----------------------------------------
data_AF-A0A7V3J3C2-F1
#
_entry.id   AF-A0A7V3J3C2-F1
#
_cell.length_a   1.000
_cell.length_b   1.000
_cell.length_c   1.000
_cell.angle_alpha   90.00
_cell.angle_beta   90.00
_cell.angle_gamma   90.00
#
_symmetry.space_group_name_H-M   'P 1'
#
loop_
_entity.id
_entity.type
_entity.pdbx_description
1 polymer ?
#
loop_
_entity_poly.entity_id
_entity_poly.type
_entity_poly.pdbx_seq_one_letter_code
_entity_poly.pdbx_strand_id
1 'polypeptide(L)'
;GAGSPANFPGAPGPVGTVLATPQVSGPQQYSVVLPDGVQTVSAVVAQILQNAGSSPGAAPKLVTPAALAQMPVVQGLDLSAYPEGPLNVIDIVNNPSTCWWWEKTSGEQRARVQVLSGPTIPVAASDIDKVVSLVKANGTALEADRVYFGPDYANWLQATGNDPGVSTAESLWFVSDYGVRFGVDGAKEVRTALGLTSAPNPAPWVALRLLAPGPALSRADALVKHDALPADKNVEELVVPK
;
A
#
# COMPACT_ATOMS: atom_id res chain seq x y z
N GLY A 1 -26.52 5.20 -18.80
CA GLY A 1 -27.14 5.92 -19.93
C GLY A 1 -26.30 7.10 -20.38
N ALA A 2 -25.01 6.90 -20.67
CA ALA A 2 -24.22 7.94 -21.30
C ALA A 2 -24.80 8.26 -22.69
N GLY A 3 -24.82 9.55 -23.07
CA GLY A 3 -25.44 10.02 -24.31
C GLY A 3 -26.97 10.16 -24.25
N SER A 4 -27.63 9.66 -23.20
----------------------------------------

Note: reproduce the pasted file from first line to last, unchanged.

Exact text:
data_AF-A0A7V3J3C2-F1
#
_entry.id   AF-A0A7V3J3C2-F1
#
_cell.length_a   1.000
_cell.length_b   1.000
_cell.length_c   1.000
_cell.angle_alpha   90.00
_cell.angle_beta   90.00
_cell.angle_gamma   90.00
#
_symmetry.space_group_name_H-M   'P 1'
#
loop_
_entity.id
_entity.type
_entity.pdbx_description
1 polymer ?
#
loop_
_entity_poly.entity_id
_entity_poly.type
_entity_poly.pdbx_seq_one_letter_code
_entity_poly.pdbx_strand_id
1 'polypeptide(L)'
;GAGSPANFPGAPGPVGTVLATPQVSGPQQYSVVLPDGVQTVSAVVAQILQNAGSSPGAAPKLVTPAALAQMPVVQGLDLSAYPEGPLNVIDIVNNPSTCWWWEKTSGEQRARVQVLSGPTIPVAASDIDKVVSLVKANGTALEADRVYFGPDYANWLQATGNDPGVSTAESLWFVSDYGVRFGVDGAKEVRTALGLTSAPNPAPWVALRLLAPGPALSRADALVKHDALPADKNVEELVVPK
;
A
#
# COMPACT_ATOMS: atom_id res chain seq x y z
N GLY A 1 -26.52 5.20 -18.80
CA GLY A 1 -27.14 5.92 -19.93
C GLY A 1 -26.30 7.10 -20.38
N ALA A 2 -25.01 6.90 -20.67
CA ALA A 2 -24.22 7.94 -21.30
C ALA A 2 -24.80 8.26 -22.69
N GLY A 3 -24.82 9.55 -23.07
CA GLY A 3 -25.44 10.02 -24.31
C GLY A 3 -26.97 10.16 -24.25
N SER A 4 -27.63 9.66 -23.20